Faculty Mentor

Dr. Brandi Denison, Associate Professor

Faculty Mentor Department

Philosophy and Religious Studies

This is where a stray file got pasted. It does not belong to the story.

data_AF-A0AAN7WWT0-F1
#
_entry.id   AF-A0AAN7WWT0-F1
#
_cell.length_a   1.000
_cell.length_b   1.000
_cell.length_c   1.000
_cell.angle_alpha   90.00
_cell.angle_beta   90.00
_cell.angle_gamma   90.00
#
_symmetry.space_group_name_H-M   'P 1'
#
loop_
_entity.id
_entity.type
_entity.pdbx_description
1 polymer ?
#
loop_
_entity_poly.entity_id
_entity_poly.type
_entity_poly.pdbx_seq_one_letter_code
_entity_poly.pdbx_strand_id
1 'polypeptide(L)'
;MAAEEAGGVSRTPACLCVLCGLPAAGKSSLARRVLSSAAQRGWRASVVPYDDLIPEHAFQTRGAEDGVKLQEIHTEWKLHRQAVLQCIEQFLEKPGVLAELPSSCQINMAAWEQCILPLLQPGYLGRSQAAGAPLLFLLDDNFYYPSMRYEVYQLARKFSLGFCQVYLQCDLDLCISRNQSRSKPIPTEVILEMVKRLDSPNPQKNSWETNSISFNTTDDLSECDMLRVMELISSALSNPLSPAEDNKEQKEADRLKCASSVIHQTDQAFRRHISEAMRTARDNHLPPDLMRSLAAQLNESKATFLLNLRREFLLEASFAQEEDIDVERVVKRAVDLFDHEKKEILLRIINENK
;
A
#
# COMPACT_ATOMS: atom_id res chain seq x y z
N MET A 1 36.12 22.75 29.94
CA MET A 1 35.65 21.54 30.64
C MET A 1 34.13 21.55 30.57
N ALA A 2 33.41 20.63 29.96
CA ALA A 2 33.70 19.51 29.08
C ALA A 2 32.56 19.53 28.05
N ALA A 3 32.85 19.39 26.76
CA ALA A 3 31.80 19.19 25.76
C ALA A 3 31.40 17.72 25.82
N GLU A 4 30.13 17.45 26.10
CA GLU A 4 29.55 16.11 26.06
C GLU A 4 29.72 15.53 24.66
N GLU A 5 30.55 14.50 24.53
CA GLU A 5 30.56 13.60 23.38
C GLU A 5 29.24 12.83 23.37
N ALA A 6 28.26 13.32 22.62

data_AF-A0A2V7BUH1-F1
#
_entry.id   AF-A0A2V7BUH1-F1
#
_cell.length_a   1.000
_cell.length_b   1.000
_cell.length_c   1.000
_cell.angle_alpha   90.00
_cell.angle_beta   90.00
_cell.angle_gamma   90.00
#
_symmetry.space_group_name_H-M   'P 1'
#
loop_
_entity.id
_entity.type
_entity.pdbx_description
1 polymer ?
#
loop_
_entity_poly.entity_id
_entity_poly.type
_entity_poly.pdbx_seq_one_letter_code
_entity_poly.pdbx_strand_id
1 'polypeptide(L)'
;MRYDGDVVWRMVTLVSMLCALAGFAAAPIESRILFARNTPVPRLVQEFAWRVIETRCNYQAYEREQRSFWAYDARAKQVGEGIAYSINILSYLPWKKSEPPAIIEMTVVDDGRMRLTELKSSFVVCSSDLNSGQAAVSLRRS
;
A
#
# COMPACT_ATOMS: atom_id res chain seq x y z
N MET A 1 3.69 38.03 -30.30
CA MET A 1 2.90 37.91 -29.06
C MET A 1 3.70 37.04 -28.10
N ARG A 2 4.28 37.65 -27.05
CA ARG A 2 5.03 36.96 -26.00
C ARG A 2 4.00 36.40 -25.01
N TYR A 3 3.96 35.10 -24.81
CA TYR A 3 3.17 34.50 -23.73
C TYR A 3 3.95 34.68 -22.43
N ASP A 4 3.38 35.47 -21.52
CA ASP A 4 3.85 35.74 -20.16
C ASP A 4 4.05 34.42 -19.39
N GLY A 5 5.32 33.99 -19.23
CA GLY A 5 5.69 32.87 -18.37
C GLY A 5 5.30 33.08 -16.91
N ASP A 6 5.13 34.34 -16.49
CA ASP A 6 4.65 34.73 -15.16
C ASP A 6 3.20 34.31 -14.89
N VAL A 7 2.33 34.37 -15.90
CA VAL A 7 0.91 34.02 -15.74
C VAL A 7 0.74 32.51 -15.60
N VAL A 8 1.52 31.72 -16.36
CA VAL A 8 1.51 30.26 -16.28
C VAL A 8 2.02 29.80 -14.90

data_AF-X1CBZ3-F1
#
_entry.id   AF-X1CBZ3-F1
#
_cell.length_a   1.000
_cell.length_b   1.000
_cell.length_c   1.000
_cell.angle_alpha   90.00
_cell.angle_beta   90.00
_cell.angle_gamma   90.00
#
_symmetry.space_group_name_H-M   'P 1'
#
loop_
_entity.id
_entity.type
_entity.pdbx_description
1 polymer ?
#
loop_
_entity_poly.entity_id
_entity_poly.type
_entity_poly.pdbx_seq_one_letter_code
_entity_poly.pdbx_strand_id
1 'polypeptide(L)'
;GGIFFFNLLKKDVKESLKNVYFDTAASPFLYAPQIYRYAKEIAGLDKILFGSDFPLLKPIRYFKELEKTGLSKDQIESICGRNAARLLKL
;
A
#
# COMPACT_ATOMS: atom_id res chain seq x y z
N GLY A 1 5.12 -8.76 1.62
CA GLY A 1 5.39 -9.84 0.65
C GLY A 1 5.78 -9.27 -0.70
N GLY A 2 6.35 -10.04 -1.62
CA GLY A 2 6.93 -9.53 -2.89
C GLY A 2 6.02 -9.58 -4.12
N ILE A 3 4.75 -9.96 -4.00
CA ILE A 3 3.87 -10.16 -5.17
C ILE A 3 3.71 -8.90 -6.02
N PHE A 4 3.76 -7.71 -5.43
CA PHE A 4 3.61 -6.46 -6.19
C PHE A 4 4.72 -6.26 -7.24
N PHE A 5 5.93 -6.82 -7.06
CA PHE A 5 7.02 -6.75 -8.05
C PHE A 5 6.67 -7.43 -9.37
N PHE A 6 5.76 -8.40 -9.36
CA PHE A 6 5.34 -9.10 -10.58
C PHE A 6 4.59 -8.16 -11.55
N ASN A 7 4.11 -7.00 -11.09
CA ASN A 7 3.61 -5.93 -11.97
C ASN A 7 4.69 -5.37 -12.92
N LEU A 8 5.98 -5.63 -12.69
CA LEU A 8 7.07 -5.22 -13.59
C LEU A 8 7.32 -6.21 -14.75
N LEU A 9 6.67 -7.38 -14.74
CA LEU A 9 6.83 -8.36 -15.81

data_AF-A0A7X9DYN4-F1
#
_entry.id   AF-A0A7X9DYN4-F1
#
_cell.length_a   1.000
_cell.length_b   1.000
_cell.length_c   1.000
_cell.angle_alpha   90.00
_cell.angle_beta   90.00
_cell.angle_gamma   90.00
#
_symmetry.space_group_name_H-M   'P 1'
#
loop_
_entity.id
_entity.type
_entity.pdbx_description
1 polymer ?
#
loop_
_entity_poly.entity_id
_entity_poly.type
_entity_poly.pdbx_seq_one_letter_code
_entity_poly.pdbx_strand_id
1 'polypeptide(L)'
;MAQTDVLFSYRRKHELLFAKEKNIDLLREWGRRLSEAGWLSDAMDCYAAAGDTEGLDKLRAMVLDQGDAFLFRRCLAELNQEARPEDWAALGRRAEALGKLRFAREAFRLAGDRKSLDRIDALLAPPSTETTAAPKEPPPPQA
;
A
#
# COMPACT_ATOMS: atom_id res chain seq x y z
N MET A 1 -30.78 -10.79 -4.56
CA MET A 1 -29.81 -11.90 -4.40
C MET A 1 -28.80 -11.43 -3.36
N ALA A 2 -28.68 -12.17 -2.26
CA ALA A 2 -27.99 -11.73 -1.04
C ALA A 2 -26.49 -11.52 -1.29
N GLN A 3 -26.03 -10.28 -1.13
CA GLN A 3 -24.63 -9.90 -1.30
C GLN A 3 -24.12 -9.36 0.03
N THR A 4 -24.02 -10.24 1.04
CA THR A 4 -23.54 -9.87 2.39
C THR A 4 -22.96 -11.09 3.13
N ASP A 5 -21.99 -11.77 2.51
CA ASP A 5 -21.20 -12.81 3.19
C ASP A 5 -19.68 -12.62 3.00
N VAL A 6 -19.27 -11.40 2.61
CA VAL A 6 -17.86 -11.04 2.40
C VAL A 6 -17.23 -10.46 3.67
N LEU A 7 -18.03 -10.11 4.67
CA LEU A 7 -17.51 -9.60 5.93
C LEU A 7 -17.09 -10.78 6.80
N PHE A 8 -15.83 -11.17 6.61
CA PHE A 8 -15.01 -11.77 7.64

Nonhuman animal trials are ridiculous to the modern sensibilities of the West. The concept of them is in opposition to the idea of nonhuman animals—entities without agency, incapable of guilt by nature of irrationality. This way of viewing nonhuman animals is relatively new to the Western mind. Putting nonhuman animals on trial has only become unacceptable in the past few centuries. Before this shift, nonhuman animal trials existed as methods of communities policing themselves. More than that, these trials were part of legal systems ensuring they provided justice for all. This shift happened because the relationship between Christian authorities and the nature and consciousness around them changed significantly. As this piece argues, this relationship was based on an underlying personification that was lost due to two key theological/philosophical ideas, being the status of nonhuman animal’s rationality and the status of their diabolical nature. This personification—this personhood—formed the basis for allowing nonhuman animals to be tried. According to some legal systems and lawyers, the capability of being on trial, of being part of a legal proceeding, is essential to personhood.1 The concepts are inextricably linked; the marker between property and person. Knowing why this shift occurred can allow for a greater understanding not only into the ethics of human beings' relationships with nonhuman animals, but also how Christianity has interacted with nature.